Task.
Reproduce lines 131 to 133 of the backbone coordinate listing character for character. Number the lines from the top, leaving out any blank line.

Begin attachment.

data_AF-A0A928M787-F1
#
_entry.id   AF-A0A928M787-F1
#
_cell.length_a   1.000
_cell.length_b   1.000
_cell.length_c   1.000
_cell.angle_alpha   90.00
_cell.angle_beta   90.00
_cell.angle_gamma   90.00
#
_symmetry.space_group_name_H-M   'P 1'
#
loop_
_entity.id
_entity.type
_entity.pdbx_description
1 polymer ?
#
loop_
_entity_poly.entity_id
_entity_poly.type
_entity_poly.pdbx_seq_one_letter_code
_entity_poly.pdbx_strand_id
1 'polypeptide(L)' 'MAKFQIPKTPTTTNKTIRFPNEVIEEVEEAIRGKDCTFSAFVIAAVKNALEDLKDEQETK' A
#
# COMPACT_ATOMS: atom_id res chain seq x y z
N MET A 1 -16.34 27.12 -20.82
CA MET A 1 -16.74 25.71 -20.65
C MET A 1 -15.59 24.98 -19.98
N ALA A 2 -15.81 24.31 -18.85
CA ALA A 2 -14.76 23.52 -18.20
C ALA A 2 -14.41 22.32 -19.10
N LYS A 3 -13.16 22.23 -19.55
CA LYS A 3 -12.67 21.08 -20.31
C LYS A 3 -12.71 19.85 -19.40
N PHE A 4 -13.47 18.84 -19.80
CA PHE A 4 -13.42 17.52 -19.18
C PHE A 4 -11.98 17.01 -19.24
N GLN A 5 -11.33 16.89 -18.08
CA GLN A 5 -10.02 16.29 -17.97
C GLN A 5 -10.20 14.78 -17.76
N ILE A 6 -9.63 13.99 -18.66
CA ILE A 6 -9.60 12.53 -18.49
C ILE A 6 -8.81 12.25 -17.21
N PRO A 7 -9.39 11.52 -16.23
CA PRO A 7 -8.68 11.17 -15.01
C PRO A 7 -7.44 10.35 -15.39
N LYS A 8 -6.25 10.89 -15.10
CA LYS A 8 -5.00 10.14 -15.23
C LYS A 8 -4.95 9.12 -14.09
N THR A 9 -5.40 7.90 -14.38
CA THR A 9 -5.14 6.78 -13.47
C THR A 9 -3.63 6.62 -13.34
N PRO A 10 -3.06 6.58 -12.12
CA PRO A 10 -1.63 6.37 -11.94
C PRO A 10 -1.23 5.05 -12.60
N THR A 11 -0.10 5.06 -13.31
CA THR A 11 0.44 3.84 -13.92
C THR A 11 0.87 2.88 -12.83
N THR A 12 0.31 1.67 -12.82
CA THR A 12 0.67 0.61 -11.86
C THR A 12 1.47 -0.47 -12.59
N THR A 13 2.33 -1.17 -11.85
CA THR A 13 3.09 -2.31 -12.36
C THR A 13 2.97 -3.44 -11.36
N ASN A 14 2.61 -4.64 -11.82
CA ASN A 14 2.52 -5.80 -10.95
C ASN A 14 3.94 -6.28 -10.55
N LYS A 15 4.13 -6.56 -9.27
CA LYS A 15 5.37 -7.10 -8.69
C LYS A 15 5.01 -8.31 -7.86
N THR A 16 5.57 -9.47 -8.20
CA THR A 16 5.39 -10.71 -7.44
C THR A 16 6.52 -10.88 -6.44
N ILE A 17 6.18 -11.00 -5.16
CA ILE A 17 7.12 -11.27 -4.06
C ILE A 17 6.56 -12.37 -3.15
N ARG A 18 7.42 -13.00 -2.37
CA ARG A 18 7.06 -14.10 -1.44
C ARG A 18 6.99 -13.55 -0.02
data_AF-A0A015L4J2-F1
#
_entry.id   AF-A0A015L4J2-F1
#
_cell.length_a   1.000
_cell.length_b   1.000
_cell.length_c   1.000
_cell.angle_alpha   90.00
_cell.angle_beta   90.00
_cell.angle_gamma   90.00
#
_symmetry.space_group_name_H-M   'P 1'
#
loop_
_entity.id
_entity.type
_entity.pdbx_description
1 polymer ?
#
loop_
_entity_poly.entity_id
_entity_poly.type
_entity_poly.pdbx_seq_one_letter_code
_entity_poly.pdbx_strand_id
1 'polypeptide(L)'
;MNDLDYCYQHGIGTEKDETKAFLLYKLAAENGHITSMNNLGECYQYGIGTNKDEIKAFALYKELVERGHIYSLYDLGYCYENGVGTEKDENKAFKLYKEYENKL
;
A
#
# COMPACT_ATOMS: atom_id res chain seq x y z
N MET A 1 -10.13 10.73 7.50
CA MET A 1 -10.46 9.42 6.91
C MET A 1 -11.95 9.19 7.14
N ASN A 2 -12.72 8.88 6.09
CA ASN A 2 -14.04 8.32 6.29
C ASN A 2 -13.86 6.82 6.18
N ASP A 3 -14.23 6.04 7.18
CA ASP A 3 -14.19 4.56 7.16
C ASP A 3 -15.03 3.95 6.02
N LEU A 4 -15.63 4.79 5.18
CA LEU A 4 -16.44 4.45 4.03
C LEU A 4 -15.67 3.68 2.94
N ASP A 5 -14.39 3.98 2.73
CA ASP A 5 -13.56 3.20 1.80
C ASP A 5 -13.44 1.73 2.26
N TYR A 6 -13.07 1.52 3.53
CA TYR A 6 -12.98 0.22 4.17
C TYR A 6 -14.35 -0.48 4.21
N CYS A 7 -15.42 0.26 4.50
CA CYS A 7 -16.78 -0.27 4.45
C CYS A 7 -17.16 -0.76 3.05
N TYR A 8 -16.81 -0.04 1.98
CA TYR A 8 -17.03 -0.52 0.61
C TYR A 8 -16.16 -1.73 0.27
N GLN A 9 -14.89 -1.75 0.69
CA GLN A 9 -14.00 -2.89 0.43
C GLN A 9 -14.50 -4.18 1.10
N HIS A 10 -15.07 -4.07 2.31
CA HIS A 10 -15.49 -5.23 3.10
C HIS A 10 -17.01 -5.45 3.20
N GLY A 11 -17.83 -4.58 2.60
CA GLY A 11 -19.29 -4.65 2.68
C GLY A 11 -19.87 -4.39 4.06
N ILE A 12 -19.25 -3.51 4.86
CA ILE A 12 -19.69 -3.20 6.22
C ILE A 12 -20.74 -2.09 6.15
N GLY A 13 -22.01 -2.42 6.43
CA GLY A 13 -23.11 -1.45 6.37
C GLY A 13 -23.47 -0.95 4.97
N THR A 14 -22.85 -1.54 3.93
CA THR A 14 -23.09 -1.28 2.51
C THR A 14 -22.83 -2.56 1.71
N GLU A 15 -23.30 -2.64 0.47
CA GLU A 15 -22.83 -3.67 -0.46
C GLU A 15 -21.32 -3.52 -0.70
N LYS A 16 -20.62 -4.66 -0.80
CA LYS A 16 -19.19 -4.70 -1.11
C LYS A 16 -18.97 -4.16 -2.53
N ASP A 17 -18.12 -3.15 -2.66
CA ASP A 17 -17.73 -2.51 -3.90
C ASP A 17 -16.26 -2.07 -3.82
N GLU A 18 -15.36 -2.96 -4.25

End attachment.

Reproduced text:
CA CYS A 7 -16.78 -0.27 4.45
C CYS A 7 -17.16 -0.76 3.05
N TYR A 8 -16.81 -0.04 1.98